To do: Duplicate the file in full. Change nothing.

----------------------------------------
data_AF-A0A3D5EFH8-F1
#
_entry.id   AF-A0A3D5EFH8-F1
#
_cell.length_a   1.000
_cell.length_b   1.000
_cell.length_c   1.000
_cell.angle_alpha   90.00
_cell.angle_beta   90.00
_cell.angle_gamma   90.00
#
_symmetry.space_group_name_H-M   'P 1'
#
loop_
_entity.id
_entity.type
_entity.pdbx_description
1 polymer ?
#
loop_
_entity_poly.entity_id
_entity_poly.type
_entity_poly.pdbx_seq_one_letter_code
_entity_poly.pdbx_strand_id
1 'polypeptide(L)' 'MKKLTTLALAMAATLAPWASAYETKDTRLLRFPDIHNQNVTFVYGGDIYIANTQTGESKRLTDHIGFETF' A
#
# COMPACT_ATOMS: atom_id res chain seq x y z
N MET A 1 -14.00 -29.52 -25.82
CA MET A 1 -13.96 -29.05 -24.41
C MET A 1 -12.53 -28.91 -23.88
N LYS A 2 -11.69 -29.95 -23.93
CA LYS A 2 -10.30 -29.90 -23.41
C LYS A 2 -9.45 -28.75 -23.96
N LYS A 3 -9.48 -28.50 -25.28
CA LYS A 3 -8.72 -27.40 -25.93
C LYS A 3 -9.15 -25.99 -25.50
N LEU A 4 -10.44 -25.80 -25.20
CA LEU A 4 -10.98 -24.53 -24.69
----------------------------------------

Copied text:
data_AF-A0A3D5EFH8-F1
#
_entry.id   AF-A0A3D5EFH8-F1
#
_cell.length_a   1.000
_cell.length_b   1.000
_cell.length_c   1.000
_cell.angle_alpha   90.00
_cell.angle_beta   90.00
_cell.angle_gamma   90.00
#
_symmetry.space_group_name_H-M   'P 1'
#
loop_
_entity.id
_entity.type
_entity.pdbx_description
1 polymer ?
#
loop_
_entity_poly.entity_id
_entity_poly.type
_entity_poly.pdbx_seq_one_letter_code
_entity_poly.pdbx_strand_id
1 'polypeptide(L)' 'MKKLTTLALAMAATLAPWASAYETKDTRLLRFPDIHNQNVTFVYGGDIYIANTQTGESKRLTDHIGFETF' A
#
# COMPACT_ATOMS: atom_id res chain seq x y z
N MET A 1 -14.00 -29.52 -25.82
CA MET A 1 -13.96 -29.05 -24.41
C MET A 1 -12.53 -28.91 -23.88
N LYS A 2 -11.69 -29.95 -23.93
CA LYS A 2 -10.30 -29.90 -23.41
C LYS A 2 -9.45 -28.75 -23.96
N LYS A 3 -9.48 -28.50 -25.28
CA LYS A 3 -8.72 -27.40 -25.93
C LYS A 3 -9.15 -25.99 -25.50
N LEU A 4 -10.44 -25.80 -25.20
CA LEU A 4 -10.98 -24.53 -24.69